Mallorca has a rich tradition of arts and handicrafts, many of which can be seen and bought at the islands local markets. Glassblowing and pottery are well established, as are leather goods. The island is also a world-famous centre for the production of artificial pearls.
Markets that feature real handicrafts made by local artisans include Arta, Pollença and Inca. There are various craft fairs held throughout the year in Mallorca, the autumnal fairs in particular showcase traditional craft stalls, check our Events Calendar for these annual events.
Glassblowing has been a part of Mallorca's history since the Phoenicians visited the Balearic Islands back in the 2nd century BC. The tradition continued with new techniques being introduced by the Romans and the Moors. Commercial factories were set up during the 18th century, with the Gordiola factory being established in 1719.
The three major players in glass making on Mallorca are Gordiola near Algaida, Lafiore on the road from Palma to Valldemossa and Menestralia in Campanet. Each one has a factory that you can visit to watch the glass blowers in action, alongside their showrooms of brightly coloured products. Every piece is hand finished, ensuring the quality of the final products. The style tends towards the colourful and the sturdy, with plates, vases, bowls, light fittings and ornaments. You can find Mallorcan glassware on sale in Palma as well as the factories and in some of the larger markets.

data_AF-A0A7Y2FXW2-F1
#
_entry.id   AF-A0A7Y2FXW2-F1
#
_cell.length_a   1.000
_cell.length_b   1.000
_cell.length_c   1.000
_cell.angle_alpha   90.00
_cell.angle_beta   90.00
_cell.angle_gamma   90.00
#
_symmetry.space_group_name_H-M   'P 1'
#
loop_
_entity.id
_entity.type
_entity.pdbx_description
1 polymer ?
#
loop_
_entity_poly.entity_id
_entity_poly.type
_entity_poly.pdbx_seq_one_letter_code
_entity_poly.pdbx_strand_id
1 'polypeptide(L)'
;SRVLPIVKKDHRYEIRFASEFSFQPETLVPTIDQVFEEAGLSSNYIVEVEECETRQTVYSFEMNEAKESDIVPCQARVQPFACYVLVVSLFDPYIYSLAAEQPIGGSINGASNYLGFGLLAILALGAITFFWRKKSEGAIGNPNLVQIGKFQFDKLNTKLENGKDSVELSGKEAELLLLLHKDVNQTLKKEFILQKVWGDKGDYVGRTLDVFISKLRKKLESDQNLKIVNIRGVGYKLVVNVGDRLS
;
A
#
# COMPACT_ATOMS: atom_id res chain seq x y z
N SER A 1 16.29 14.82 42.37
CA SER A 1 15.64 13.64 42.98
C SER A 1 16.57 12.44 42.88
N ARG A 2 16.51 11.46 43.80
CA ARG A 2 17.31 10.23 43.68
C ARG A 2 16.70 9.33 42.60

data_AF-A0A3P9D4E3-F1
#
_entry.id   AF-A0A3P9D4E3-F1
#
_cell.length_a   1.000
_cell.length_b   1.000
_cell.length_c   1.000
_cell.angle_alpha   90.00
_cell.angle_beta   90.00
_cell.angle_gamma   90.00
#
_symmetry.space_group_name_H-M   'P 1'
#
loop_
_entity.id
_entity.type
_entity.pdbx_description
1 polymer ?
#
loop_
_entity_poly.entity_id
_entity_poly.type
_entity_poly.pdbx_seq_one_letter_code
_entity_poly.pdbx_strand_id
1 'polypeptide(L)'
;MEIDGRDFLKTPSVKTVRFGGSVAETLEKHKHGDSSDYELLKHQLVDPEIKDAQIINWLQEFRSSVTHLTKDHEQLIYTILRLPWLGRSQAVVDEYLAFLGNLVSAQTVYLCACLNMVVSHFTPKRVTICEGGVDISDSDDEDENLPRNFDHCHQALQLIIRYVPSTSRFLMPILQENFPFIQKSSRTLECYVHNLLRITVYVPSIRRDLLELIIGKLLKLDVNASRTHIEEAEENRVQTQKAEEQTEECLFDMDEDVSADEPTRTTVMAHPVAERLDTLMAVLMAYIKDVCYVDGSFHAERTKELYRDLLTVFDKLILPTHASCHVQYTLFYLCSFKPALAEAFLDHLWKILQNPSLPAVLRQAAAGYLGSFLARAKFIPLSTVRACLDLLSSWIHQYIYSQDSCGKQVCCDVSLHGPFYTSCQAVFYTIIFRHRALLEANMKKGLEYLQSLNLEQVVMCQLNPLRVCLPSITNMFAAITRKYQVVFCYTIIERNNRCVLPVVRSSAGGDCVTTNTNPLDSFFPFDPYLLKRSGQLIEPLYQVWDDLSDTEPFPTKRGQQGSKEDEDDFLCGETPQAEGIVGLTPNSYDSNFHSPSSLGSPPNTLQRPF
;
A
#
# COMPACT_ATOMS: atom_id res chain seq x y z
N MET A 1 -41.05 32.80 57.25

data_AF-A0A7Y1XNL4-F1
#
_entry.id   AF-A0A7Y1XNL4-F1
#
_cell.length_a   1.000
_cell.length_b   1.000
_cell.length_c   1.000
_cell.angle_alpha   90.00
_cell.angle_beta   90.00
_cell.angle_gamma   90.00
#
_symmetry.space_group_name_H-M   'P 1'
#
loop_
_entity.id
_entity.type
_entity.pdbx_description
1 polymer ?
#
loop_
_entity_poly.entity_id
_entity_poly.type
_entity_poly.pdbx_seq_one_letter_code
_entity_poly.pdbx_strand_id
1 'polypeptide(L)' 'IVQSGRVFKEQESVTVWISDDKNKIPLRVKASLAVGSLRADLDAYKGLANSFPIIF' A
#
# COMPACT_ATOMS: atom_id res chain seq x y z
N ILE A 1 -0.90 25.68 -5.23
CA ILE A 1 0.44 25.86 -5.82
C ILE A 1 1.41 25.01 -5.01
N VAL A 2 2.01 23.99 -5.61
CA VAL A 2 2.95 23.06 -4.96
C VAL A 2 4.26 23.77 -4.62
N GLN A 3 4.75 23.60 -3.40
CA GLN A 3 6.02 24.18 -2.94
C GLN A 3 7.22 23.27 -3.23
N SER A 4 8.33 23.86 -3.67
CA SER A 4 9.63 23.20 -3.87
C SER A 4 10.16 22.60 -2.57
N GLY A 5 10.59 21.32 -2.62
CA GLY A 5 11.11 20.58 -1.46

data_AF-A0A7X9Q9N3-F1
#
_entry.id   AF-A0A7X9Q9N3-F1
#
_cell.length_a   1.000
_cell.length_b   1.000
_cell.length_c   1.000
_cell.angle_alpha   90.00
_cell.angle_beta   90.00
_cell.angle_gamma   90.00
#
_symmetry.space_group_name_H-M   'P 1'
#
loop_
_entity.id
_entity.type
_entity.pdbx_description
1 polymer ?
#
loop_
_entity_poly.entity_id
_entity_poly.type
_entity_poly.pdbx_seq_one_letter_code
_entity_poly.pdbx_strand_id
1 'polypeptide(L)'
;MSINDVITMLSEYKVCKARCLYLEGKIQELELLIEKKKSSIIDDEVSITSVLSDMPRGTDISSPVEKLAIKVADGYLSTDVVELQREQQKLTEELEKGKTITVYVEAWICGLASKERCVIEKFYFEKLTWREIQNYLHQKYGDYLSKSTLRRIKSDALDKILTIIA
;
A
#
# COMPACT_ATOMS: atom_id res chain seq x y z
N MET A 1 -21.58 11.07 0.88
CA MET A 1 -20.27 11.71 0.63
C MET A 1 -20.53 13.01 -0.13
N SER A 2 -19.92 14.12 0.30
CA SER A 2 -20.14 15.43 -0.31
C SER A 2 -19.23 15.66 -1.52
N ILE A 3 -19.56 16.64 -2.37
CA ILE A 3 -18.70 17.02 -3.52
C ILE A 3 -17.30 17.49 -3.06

Jewellery & decorations
Mallorcan craftsmen specialise in producing traditional 18th-century style jewellery, such as gold chains that sit around a woman's waist. The Mallorcan Cross, a Greek cross set within a rhombus, is also an ancient item. More contemporary jewellery can also be found on the island where pieces often include precious stones.
Toy makers still flourish, particularly those creating wooden toys. Musical instruments such as the traditional Xeremies (bagpipes), Flabiols (Piccolos) and Tambori (small drums) continue to be made locally. Watch out for them at local fairs and fiestas.